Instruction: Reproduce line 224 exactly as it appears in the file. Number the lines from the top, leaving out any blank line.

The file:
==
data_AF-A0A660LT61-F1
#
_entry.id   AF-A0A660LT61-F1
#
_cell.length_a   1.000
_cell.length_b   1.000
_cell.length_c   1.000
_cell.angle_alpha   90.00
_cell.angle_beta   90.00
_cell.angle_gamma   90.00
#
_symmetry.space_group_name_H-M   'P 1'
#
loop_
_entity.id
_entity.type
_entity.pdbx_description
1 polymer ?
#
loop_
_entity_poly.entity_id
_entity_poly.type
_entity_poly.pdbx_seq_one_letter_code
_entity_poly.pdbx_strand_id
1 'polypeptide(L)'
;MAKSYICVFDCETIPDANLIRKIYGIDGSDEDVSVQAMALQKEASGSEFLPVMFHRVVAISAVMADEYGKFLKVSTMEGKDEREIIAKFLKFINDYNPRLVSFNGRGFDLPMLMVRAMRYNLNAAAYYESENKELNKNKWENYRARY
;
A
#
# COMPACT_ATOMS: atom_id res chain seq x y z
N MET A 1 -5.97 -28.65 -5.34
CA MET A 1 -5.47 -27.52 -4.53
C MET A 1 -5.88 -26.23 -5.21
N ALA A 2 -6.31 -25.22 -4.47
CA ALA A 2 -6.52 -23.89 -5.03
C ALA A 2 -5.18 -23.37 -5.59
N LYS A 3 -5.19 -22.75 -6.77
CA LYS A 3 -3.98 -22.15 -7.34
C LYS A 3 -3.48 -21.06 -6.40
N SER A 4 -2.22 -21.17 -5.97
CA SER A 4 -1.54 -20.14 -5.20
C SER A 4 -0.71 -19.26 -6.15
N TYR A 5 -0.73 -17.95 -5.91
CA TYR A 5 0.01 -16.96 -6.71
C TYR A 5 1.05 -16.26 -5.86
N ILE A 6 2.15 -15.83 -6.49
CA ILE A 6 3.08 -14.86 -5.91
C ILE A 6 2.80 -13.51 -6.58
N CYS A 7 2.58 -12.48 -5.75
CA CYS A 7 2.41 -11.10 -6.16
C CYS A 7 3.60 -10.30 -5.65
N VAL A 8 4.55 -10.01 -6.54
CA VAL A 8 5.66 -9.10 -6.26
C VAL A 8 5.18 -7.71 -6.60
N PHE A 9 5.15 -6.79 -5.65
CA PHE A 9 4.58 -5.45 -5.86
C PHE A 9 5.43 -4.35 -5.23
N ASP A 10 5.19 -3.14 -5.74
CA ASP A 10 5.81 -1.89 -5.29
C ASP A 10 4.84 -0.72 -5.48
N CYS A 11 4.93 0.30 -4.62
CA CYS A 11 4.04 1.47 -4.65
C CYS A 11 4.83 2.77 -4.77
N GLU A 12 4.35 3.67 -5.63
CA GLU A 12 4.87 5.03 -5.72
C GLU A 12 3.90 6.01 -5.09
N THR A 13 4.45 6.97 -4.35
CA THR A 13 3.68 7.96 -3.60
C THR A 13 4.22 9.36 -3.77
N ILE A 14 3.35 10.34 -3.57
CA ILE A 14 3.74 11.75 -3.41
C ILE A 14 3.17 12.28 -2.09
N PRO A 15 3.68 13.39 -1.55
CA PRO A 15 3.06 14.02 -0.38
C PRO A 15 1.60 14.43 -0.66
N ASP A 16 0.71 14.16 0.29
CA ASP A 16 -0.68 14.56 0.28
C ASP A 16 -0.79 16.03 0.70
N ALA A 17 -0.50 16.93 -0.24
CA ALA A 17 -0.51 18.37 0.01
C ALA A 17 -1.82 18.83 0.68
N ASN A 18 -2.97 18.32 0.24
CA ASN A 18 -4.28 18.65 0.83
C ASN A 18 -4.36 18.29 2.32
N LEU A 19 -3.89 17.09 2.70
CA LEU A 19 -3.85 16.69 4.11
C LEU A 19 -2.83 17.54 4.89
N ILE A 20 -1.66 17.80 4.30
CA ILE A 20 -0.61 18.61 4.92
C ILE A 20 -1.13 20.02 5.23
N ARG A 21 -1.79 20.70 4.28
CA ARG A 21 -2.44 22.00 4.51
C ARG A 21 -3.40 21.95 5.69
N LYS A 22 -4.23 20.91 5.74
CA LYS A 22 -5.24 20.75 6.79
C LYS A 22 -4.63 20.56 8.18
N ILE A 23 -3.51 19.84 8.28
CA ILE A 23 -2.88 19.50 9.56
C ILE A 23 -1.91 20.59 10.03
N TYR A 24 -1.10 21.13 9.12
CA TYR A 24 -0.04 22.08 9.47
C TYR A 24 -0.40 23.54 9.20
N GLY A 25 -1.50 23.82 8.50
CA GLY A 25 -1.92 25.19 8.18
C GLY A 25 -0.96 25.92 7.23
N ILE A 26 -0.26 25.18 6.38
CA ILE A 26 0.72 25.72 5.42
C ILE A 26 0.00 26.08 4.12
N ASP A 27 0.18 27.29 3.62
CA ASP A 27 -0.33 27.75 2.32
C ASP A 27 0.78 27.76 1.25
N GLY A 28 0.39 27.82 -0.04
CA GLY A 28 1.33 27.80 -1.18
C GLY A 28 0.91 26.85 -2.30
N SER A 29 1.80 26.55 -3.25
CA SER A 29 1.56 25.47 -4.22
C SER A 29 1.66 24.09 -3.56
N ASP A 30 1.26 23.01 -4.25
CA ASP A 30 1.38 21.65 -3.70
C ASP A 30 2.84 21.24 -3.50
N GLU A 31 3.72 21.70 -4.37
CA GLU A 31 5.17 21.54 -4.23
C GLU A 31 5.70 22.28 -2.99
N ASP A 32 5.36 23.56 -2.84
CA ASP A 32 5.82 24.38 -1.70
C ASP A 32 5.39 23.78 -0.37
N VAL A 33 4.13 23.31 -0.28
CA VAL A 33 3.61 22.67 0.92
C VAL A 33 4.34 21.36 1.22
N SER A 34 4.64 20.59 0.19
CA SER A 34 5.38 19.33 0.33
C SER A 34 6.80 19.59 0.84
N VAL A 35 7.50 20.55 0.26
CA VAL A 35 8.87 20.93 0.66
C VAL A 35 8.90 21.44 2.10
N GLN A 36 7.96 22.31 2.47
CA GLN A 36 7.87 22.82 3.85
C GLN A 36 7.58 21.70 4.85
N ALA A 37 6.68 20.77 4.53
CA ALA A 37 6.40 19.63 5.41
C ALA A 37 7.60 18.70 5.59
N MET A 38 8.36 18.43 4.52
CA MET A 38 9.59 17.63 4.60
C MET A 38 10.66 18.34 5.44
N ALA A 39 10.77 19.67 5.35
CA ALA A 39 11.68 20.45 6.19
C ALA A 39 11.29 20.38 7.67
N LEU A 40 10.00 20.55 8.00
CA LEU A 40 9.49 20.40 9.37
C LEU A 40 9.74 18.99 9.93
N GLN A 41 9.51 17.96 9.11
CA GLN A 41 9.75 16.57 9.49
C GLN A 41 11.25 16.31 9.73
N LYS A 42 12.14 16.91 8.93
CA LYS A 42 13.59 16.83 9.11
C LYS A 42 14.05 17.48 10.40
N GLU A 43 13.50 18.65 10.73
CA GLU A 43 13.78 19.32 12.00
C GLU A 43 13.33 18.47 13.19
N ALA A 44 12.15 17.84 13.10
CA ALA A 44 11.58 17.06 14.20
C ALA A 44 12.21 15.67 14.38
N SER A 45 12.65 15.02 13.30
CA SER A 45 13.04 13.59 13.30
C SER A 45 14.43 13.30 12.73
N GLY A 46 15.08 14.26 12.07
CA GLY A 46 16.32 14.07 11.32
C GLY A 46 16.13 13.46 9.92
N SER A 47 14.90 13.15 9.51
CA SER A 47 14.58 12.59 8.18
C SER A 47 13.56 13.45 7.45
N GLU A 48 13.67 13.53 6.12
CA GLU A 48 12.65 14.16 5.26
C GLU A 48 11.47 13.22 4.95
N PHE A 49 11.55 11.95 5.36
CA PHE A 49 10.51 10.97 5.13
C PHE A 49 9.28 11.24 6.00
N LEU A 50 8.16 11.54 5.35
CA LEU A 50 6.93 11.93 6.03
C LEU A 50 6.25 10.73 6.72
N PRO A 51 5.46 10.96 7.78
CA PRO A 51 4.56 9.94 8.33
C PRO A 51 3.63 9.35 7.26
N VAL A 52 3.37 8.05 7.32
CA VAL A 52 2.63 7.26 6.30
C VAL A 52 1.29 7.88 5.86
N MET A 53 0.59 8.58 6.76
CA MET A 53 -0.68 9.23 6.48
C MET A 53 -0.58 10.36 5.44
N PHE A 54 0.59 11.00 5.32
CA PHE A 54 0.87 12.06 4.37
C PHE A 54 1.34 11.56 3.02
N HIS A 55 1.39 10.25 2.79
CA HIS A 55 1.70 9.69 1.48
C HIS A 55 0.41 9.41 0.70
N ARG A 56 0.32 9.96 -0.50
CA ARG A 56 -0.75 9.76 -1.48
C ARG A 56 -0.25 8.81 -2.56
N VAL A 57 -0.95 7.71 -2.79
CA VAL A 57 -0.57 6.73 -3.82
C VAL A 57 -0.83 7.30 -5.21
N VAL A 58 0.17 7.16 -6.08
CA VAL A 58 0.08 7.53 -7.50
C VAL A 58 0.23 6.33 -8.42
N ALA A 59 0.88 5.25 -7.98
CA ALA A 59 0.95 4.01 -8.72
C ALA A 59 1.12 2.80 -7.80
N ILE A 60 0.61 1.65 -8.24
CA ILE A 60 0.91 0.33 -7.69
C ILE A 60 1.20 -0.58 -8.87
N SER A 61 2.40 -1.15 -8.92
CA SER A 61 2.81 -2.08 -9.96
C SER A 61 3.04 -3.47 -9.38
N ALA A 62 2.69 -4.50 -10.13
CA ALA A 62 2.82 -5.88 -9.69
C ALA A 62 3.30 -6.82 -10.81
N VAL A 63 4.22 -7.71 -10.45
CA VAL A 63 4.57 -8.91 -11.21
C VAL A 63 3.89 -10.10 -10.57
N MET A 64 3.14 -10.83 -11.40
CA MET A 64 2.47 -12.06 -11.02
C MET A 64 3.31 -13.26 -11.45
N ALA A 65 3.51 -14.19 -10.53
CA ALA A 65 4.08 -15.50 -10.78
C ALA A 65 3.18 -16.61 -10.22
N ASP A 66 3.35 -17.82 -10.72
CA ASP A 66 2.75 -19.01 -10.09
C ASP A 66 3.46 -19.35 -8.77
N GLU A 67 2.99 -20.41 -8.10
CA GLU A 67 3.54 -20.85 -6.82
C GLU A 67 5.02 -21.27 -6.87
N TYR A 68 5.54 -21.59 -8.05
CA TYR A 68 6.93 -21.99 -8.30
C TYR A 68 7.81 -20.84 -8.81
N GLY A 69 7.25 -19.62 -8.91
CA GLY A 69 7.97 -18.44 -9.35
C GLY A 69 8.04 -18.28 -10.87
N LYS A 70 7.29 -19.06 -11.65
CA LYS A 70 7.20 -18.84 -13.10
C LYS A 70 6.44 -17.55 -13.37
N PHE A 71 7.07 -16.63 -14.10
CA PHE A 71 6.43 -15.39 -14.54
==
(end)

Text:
CA ALA A 65 4.08 -15.50 -10.78